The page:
Monday, May 22, 2006
Armpits sweat uncomfortably and often stink, unless you take measures to prevent that. Dogs have no armpits. But if you turn a four legged animal upright, and let the front legs hang down from the shoulders, you get armpits. A better design for human arms would be to have them stick straight out from the trunk, with an omnidirectional elbow, or at least have them hang down from cantilevered clavicles, away from the trunk. Even an octopus does not have armpits. The transition from four-legged to upright locomotion was not well-planned, with respect to armpits.
Friday, May 12, 2006
Monday, May 08, 2006
Mars is becoming familiar to us now. I imagine that in the future, after I'm gone, it will be very familiar. "Oh yes, we went to Mars Base Three on our vacation. You should go. Great food, interesting music."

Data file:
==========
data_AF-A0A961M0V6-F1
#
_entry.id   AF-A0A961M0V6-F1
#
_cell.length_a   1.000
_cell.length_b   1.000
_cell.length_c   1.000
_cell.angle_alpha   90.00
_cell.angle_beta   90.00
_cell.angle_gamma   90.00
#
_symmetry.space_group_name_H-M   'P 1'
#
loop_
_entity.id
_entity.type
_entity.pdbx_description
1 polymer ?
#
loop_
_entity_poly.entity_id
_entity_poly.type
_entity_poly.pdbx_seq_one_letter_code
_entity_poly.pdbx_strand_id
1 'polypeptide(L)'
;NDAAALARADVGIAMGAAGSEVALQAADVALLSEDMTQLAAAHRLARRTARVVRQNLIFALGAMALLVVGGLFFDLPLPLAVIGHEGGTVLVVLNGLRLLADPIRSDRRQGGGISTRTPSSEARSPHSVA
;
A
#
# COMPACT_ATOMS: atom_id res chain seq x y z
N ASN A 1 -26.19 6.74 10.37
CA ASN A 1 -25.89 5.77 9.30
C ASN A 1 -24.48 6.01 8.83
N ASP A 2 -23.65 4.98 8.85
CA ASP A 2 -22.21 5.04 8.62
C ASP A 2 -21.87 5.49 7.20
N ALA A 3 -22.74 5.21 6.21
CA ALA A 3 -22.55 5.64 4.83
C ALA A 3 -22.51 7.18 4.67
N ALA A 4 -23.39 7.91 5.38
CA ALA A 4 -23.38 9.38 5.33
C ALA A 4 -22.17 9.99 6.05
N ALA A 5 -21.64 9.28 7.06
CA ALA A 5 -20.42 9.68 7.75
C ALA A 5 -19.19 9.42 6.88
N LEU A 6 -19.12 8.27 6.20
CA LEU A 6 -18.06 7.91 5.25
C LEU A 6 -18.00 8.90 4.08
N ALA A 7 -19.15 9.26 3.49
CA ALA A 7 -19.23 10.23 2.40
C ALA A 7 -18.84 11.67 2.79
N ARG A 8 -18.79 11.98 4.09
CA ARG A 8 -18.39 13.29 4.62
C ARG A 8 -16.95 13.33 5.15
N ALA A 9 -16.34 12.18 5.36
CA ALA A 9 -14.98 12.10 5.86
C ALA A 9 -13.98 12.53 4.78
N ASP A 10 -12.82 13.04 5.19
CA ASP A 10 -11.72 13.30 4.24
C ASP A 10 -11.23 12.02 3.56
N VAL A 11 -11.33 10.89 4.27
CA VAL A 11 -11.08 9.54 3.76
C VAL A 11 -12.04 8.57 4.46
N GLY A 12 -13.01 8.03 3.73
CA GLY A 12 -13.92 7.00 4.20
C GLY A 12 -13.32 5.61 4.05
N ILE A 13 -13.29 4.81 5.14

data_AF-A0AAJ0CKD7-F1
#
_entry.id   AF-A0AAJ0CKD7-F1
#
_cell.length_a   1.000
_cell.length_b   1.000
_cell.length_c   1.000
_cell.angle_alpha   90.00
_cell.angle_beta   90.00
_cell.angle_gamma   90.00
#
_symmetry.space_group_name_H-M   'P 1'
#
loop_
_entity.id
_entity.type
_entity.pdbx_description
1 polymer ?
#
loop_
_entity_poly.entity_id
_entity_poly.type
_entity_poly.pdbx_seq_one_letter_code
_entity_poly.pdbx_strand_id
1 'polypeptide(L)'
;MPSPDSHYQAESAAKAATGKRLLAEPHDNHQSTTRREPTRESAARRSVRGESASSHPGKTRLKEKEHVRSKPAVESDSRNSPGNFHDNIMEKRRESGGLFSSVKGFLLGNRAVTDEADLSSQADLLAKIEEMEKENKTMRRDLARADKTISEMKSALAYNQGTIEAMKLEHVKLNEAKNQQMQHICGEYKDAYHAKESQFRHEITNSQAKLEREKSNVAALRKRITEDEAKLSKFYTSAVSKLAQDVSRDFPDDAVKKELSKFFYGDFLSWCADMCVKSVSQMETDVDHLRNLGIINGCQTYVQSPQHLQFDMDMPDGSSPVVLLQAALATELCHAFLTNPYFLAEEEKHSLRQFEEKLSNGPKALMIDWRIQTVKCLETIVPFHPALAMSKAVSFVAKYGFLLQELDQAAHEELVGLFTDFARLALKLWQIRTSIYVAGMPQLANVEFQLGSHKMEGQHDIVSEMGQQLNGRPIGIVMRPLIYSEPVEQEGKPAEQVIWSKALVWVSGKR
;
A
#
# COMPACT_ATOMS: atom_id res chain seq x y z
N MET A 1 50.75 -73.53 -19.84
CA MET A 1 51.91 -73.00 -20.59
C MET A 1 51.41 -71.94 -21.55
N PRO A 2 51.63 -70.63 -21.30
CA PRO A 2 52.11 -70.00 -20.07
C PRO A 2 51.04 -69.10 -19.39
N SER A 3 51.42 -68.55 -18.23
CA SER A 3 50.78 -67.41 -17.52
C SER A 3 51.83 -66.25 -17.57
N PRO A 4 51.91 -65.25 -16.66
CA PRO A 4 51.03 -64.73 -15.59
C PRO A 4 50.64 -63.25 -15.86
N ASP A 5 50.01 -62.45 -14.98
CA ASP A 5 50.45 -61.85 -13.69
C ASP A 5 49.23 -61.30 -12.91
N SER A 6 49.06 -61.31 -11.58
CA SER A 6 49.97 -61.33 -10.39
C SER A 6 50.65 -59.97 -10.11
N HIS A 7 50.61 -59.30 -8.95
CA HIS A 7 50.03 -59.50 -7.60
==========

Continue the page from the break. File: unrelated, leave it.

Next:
And that, in turn, made me think about how small the world was for the ancient Greeks. For them, the whole world was the Mediterranean Sea. They had no idea what else was out there. The idea of north and south American continents was inconceivable. Their world was tiny but it was the big bad world as far as they were concerned. We look back on that and wonder, what would it be like to believe that the world was that small? It seems sort of comforting.
Now, our world is global. It is trivial to vacation in Rio, Bali, or Sydney. New Yorkers pop over to London for a meeting. People in Seattle go to Tokyo to see a friend. We visit family in Hong Kong, Cape Town, and Edinburgh. We don't yet think about casually going to Mars, but we will.
In the future, people will look back on our time and think, I wonder what it was like to live in such simple times, where you thought of your world as just one planet? That would have been so comforting.